4 The tool compares the voltage between hot and neutral, and hot and ground and lights the correct lights.

I thought with BX and other 2-wire metallic conduit systems that the outer conduit was the ground. You have to have an electrical connection between the conduit and all metal boxes, all the way back to the panel.

No?

Or is his problem likely due to an open ground connection somewhere back toward the panel, like the conduit not making effective connection with a box?

I'm no electrician, just asking.

sublime2 04-03-2012 02:48 PM

Put a GFCI in the box and your good to go.
Any short that may occur from a loose wire on the appliance making contact with it will be stopped by the GFCI since you don't have a ground.

amakarevic 04-03-2012 02:49 PM

Quote:

Originally Posted by M3 Pete (Post 891092)
I thought with BX and other 2-wire metallic conduit systems that the outer conduit was the ground. You have to have an electrical connection between the conduit and all metal boxes, all the way back to the panel.

i also heard what you say in the 1st sentence but i think what you say in the 2nd is what the test utility expects in order to test OK.

amakarevic 04-03-2012 02:50 PM

Quote:

Originally Posted by sublime2 (Post 891094)
Put a GFCI in the box and your good to go.

Which box? The JB that joins the old with the new cable?

sublime2 04-03-2012 02:53 PM

Quote:

Originally Posted by M3 Pete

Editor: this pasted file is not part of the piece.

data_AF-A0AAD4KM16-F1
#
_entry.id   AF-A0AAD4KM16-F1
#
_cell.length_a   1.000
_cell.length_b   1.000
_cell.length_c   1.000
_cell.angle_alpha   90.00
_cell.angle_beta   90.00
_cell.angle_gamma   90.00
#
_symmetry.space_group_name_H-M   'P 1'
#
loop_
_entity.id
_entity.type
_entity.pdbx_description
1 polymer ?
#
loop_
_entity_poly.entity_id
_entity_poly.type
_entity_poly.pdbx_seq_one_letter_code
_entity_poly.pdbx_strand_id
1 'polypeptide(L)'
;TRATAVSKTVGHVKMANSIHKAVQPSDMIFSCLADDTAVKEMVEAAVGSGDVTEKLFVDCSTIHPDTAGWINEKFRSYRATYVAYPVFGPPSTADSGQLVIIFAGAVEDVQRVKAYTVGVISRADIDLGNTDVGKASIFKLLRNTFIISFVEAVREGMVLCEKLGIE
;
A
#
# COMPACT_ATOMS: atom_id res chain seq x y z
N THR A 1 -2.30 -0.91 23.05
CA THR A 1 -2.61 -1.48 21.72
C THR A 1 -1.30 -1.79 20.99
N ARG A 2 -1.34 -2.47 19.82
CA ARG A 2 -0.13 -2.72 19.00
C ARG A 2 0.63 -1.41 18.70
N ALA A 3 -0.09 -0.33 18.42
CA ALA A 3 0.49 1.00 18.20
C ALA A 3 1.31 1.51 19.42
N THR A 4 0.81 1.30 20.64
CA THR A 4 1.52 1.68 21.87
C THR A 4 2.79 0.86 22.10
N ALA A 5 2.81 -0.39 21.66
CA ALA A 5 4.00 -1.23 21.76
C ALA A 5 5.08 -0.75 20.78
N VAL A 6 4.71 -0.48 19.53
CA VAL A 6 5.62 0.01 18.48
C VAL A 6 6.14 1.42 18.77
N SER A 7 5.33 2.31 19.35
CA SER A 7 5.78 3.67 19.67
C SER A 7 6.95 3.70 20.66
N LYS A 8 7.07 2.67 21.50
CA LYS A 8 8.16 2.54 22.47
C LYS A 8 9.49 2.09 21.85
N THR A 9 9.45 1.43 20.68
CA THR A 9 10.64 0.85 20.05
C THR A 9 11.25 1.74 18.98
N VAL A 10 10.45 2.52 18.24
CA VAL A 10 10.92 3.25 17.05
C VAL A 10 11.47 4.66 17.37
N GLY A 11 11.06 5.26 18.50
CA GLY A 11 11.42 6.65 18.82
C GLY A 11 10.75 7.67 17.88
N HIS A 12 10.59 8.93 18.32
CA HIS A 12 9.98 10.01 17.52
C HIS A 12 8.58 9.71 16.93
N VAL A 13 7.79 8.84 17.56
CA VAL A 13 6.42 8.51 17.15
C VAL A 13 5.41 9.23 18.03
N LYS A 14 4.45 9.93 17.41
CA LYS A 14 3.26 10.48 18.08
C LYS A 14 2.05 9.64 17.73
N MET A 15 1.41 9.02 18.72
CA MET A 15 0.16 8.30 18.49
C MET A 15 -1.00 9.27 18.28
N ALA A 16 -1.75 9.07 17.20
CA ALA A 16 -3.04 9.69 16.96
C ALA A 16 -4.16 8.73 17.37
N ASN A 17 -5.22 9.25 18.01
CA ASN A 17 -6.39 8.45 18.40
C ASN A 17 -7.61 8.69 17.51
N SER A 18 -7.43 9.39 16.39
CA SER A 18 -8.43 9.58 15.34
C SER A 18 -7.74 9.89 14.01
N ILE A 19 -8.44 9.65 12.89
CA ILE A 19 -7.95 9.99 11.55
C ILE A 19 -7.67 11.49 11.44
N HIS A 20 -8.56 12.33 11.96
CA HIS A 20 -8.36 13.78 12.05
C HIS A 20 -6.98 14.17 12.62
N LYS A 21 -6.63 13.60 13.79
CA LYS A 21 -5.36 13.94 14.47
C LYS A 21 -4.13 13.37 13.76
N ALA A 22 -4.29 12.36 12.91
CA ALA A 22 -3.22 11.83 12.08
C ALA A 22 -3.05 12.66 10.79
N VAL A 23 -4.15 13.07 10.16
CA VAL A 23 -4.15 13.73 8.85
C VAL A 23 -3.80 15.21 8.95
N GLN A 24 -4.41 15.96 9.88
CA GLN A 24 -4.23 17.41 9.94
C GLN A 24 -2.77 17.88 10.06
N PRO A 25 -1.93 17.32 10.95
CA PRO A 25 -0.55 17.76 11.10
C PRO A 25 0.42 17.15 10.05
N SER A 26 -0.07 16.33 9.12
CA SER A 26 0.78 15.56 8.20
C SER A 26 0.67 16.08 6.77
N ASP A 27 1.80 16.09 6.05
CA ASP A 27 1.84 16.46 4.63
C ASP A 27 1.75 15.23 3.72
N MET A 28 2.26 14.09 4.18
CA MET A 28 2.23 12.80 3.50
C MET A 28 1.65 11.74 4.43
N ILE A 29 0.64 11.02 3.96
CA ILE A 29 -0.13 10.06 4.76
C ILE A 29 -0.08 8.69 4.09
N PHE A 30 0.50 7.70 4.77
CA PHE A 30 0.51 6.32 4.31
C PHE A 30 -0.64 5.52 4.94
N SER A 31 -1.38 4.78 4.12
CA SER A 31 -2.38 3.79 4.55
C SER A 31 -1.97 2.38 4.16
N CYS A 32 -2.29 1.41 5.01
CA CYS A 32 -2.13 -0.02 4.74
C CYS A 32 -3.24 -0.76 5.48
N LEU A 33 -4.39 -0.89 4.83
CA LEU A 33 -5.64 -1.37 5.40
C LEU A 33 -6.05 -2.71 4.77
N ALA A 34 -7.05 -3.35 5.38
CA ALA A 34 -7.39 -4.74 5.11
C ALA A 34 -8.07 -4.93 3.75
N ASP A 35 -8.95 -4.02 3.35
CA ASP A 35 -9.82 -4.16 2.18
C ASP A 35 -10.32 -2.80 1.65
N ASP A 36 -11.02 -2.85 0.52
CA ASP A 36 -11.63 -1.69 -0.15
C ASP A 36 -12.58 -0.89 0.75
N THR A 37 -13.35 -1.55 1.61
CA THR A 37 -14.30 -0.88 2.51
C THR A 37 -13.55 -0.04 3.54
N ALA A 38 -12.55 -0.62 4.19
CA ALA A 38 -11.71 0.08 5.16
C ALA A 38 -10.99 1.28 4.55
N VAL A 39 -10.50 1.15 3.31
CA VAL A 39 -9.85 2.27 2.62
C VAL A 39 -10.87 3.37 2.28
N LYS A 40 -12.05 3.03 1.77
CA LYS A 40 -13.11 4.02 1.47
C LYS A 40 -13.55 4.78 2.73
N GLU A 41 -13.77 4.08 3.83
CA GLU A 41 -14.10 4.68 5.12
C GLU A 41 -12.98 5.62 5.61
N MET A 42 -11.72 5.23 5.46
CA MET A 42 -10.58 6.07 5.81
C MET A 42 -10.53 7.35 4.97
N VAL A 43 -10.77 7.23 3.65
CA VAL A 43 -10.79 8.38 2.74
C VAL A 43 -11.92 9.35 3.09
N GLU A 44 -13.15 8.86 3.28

I thought with BX and other 2-wire metallic conduit systems that the outer conduit was the ground. You have to have an electrical connection between the conduit and all metal boxes, all the way back to the panel.

No?

Or is his problem likely due to an open ground connection somewhere back toward the panel, like the conduit not making effective connection with a box?

I'm no electrician, just asking.

The BX would serve as ground only if the first box it ran from was in fact grounded to the panel. That does not appear to be the case here.

sublime2 04-03-2012 02:54 PM

Quote:

Originally Posted by amakarevic
Which box? The JB that joins the old with the new cable?

No the outlet box your going to plug the appliance into.

amakarevic 04-03-2012 02:55 PM

Quote:

Originally Posted by sublime2 (Post 891101)
No the outlet box your going to plug the appliance into.

there will be none, all are lights on the extending branch

amakarevic 04-03-2012 02:57 PM

the most important question, again, is not whether the new setup is the way it should be in the perfect lala-land but more whether it introduces any defect compared to how it was before (2-wire BX all the way)